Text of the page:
Bayantel shows slowest fixed broadband speed in NTC test

Chrisee Dela Paz

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Bayantel shows slowest fixed broadband speed in NTC test
NTC data show that Bayantel registered the slowest speed of '563 kilobits per second (kbps)' for a fixed broadband service advertised with 'up to 2 mbps (megabits per second) downstream'

MANILA, Philippines — A subsidiary of Globe Telecom, Incorporated registered the slowest Internet connection during the pilot test of fixed broadband speed of local Internet service providers (ISPs).

The National Telecommunications Commission (NTC) on Thursday, September 17, conducted its pilot testing on local ISPs’ fixed broadband services. (READ: New Internet speed minimum throwback to ’90s?)

“ISPs are monitored from different locations in Metro Manila at different times of the week. During each testing, we use our JDSU Handheld Services Testers, which cost about a million pesos each, to monitor and measure the speed of fixed broadband,” NTC deputy commissioner Delilah Deles told reporters in her office in Quezon City.

Deles showed the JDSU Handheld Services Testers attached to broadband routers of Bayan Telecommunications, Incorporated (Bayantel); Globe Telecom; Philippine Long Distance Telephone Company (PLDT); and Sky Cable Corporation’s SkyBroadband.

Data from NTC showed that Bayantel registered the slowest speed of “563 kilobits per second (kbps)” for a fixed broadband service advertised with “up to 2 mbps (megabits per second) downstream.”

Based on the results, Globe Telecom, PLDT, and Sky Cable were acceptable except Bayantel, NTC director Edgardo Cabarios said in a phone interview on Friday, September 18.

“Bayantel, however, showed the slowest speed; so they have to diagnose their network and improve it before the actual testing next month,” Cabarios said.

Should Bayantel fail to improve its network before October, Cabarios said it has to inform its subscribers that it can only provide a speed of up to around 563 kbps.

Bayantel: Testing may not be accurate

For Bayantel, “[t]he data presented from the pilot NTC test of measuring the Internet speed of fixed broadband speed of service providers were the initial results taken from a test environment, located at a specific location (the NTC premises) and point in time.”

“There is reason to believe that it may not present an accurate reading of our service to our customers. There are a host of other factors – technical and non-technical in nature – that could very well affect the speed of Internet service like latency error, signal loss, proximity of network equipment, etc,” the Globe subsidiary said in a statement.

“Currently Globe and Bayan are working closely with NTC to validate the test results and identify areas of improvement to better serve its customers,” Bayantel explained.

All 4 ISPs tested, however, were within the standard parameters of 256 kbps for fixed-line broadband services set by NTC, Cabarios told Rappler.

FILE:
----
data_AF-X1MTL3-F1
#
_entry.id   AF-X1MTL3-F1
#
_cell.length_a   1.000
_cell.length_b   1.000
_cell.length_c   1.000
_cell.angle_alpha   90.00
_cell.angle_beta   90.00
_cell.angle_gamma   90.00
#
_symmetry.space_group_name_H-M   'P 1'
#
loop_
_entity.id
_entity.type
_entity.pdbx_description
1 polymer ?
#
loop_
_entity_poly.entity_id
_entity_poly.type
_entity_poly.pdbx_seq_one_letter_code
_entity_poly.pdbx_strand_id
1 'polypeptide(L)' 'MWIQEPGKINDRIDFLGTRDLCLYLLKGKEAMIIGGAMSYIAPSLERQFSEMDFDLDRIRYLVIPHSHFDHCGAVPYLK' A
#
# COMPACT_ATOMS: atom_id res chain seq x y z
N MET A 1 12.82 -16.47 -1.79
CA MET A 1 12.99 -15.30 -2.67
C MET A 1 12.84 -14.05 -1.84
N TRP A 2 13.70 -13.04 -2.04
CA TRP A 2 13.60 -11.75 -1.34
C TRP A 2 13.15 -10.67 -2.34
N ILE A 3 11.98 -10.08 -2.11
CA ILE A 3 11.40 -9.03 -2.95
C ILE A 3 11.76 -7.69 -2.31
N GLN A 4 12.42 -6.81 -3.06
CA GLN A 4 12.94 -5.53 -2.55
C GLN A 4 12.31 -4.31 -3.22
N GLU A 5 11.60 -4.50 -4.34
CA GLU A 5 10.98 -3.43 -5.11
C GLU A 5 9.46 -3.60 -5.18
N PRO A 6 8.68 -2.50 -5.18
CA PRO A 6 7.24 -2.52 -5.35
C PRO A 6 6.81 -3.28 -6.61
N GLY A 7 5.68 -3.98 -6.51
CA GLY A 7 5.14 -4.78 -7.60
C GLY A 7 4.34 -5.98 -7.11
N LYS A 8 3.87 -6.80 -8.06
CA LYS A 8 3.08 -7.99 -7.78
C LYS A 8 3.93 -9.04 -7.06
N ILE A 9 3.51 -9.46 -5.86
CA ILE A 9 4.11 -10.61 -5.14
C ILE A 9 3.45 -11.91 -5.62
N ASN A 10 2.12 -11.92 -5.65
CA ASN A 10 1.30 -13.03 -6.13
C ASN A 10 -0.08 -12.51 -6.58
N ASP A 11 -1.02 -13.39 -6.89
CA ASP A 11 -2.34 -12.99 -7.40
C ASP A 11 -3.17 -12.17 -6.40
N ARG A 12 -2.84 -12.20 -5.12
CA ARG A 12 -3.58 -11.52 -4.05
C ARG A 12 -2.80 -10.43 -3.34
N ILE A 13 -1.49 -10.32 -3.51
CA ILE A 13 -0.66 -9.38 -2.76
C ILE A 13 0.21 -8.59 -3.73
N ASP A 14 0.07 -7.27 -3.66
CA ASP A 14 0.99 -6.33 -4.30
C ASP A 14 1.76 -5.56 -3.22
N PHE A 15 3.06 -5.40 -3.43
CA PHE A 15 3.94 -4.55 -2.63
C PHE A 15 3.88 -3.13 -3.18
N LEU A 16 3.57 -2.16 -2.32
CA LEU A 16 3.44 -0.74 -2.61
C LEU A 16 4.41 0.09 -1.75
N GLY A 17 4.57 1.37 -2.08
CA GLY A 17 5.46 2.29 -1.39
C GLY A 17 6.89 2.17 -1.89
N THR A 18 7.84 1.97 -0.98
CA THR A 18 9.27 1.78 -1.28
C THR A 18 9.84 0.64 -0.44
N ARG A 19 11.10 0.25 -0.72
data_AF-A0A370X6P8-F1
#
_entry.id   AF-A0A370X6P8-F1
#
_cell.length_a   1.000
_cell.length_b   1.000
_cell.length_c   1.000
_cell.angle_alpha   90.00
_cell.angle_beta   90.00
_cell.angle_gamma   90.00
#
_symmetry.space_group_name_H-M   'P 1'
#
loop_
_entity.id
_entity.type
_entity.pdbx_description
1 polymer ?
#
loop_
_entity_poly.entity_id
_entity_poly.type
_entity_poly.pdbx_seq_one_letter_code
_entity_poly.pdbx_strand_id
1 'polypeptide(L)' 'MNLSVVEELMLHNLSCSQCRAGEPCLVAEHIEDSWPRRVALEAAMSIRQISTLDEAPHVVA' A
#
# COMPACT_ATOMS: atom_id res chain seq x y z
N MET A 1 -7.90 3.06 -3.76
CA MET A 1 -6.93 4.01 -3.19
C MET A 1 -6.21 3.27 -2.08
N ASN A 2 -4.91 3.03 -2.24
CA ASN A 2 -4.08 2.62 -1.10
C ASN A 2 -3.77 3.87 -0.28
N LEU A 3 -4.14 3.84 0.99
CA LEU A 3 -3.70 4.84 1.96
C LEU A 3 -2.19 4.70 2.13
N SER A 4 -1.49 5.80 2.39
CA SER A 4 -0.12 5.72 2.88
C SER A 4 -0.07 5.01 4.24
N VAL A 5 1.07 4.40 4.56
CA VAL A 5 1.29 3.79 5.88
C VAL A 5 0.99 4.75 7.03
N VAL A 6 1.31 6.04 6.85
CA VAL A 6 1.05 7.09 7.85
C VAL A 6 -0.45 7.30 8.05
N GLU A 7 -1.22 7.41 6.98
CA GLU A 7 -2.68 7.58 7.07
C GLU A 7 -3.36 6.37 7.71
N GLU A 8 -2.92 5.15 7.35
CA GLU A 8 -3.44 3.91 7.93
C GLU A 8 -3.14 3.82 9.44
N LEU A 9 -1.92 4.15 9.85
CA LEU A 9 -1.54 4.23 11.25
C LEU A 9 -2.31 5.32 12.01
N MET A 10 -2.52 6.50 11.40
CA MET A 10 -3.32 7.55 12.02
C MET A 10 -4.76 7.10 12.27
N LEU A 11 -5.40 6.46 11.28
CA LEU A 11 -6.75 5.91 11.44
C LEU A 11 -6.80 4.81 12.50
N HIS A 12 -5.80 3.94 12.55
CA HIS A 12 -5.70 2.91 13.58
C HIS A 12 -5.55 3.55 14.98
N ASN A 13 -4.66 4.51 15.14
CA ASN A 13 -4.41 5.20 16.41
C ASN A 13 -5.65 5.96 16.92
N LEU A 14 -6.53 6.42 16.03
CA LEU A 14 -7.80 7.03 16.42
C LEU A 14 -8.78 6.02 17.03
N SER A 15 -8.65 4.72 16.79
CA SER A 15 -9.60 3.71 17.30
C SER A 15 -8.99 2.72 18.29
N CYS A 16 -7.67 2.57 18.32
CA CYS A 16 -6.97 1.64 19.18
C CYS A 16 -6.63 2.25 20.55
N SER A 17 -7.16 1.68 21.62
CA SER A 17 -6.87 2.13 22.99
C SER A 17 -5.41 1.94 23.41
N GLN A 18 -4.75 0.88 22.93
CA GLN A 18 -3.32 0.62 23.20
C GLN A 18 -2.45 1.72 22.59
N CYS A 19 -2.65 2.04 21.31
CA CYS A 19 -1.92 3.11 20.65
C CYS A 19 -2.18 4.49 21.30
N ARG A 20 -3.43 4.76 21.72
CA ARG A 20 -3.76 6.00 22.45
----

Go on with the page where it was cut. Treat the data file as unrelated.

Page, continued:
NTC signed on August 13, Memorandum Circular No. 07-08-2015, stating that “broadband” for fixed-line services must have data connection speed of at least 256  kbps – the standard of the International Telecommunications Union.

By definition, ISPs will not be able to say they provide broadband unless they give consumers at least 256 kbps.

Actual testing of fixed broadband speeds, according to the NTC director, will be in October.

“It will be twice a week then we will get the average of the tests per month. If we find out that a telco has been advertising a certain service as broadband but the speed is less than 256 kbps, we can file a complaint or anyone can go to DTI (Department of Trade and Industry) to file a complaint as it is considered false advertising,” Cabarios said.

The NTC official said that for the first offense, the regulator will issue a verbal warning; but for the succeeding one, the “ISP at fault will be penalized P200 ($4.28) a day until it complies with the rules.”

The penalty is based on a 79-year-old law, the Public Service Act of 1936. 

Mobile broadband to follow

Minimum speeds for services advertised as mobile broadband – which is utilized by about 90% of Internet users in the Philippines – will be out by November.

Cabarios said NTC is looking at a minimum advertised speed that is “slower than fixed broadband’s 256 kbps” for mobile broadband services.

In its draft circular, the NTC wants to monitor and measure mobile Internet services in terms of download and upload data rate, jitter, packet loss, as well as latency.

NTC said it plans to conduct simultaneously measurements of mobile Internet service providers (ISPs) where the test devices register full bar signal and the least received power.

The local telecommunications regulator said measurement of speeds would take into consideration “uncontrollable variables” including signal strength depending on the distance of test locations from the access network. –

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